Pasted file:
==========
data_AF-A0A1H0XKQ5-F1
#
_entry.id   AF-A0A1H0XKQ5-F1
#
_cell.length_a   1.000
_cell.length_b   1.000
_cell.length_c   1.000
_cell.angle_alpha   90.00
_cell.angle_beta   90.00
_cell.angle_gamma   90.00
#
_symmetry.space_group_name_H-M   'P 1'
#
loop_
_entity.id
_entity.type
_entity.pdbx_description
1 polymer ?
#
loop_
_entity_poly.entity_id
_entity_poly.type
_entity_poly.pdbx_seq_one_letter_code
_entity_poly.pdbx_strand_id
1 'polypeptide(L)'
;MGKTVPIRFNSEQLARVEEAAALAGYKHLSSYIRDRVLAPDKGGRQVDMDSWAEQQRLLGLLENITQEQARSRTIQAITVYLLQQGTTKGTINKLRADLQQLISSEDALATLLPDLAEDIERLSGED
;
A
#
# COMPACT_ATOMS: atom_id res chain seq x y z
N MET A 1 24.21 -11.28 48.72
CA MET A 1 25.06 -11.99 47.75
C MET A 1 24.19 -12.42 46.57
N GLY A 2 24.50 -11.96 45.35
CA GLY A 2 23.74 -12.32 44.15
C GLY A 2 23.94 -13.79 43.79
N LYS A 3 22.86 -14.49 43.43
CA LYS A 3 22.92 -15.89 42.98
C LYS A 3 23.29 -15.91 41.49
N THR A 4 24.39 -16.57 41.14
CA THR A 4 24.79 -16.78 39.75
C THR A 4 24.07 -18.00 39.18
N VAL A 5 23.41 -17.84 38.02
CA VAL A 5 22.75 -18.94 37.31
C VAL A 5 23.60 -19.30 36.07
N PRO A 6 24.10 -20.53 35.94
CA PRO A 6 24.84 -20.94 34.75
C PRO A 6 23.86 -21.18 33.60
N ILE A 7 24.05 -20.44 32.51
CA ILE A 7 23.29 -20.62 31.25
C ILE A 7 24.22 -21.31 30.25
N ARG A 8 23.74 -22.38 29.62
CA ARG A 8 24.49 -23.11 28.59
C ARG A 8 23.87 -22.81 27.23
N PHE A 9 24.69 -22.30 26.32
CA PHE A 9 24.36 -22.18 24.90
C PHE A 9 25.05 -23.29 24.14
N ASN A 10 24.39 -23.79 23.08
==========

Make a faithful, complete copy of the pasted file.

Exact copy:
data_AF-A0A1H0XKQ5-F1
#
_entry.id   AF-A0A1H0XKQ5-F1
#
_cell.length_a   1.000
_cell.length_b   1.000
_cell.length_c   1.000
_cell.angle_alpha   90.00
_cell.angle_beta   90.00
_cell.angle_gamma   90.00
#
_symmetry.space_group_name_H-M   'P 1'
#
loop_
_entity.id
_entity.type
_entity.pdbx_description
1 polymer ?
#
loop_
_entity_poly.entity_id
_entity_poly.type
_entity_poly.pdbx_seq_one_letter_code
_entity_poly.pdbx_strand_id
1 'polypeptide(L)'
;MGKTVPIRFNSEQLARVEEAAALAGYKHLSSYIRDRVLAPDKGGRQVDMDSWAEQQRLLGLLENITQEQARSRTIQAITVYLLQQGTTKGTINKLRADLQQLISSEDALATLLPDLAEDIERLSGED
;
A
#
# COMPACT_ATOMS: atom_id res chain seq x y z
N MET A 1 24.21 -11.28 48.72
CA MET A 1 25.06 -11.99 47.75
C MET A 1 24.19 -12.42 46.57
N GLY A 2 24.50 -11.96 45.35
CA GLY A 2 23.74 -12.32 44.15
C GLY A 2 23.94 -13.79 43.79
N LYS A 3 22.86 -14.49 43.43
CA LYS A 3 22.92 -15.89 42.98
C LYS A 3 23.29 -15.91 41.49
N THR A 4 24.39 -16.57 41.14
CA THR A 4 24.79 -16.78 39.75
C THR A 4 24.07 -18.00 39.18
N VAL A 5 23.41 -17.84 38.02
CA VAL A 5 22.75 -18.94 37.31
C VAL A 5 23.60 -19.30 36.07
N PRO A 6 24.10 -20.53 35.94
CA PRO A 6 24.84 -20.94 34.75
C PRO A 6 23.86 -21.18 33.60
N ILE A 7 24.05 -20.44 32.51
CA ILE A 7 23.29 -20.62 31.25
C ILE A 7 24.22 -21.31 30.25
N ARG A 8 23.74 -22.38 29.62
CA ARG A 8 24.49 -23.11 28.59
C ARG A 8 23.87 -22.81 27.23
N PHE A 9 24.69 -22.30 26.32
CA PHE A 9 24.36 -22.18 24.90
C PHE A 9 25.05 -23.29 24.14
N ASN A 10 24.39 -23.79 23.08